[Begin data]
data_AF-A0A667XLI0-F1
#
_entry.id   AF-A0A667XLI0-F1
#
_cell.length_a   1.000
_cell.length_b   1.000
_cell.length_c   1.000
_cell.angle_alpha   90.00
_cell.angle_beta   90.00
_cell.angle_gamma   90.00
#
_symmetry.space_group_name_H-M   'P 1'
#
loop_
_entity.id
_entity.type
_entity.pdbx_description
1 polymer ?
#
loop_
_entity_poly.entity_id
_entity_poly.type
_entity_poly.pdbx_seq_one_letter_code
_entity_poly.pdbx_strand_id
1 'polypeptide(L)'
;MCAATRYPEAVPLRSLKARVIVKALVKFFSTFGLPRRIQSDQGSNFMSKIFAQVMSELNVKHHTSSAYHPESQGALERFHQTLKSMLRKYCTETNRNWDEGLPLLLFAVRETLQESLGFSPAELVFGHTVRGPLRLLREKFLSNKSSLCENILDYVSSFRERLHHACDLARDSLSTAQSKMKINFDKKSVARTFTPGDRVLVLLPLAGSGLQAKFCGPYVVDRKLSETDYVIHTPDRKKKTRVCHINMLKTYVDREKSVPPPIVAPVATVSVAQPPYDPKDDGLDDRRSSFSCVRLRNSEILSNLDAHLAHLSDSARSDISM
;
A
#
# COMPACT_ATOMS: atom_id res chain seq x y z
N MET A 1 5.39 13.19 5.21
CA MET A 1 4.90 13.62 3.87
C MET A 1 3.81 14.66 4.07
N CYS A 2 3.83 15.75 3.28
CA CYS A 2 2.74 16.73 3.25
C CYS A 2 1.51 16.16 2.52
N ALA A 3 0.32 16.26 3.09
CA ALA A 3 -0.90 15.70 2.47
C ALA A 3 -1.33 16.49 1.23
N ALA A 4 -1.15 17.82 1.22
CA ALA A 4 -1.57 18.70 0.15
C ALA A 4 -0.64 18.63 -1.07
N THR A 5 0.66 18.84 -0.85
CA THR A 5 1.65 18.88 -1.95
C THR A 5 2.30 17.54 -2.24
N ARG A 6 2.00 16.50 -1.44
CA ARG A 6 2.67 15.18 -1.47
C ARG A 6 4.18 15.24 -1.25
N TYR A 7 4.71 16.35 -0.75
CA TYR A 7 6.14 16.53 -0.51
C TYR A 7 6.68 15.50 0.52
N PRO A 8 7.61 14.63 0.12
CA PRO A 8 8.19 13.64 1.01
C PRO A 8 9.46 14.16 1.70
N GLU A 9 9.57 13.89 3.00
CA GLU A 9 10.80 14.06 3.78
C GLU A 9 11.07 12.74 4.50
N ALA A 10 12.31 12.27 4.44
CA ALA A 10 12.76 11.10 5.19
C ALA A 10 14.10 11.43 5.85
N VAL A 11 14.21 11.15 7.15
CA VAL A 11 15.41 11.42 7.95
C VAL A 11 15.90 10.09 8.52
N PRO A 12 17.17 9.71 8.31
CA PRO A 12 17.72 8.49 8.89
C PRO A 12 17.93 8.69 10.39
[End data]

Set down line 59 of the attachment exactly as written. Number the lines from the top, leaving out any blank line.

CA ALA A 10 12.76 11.10 5.19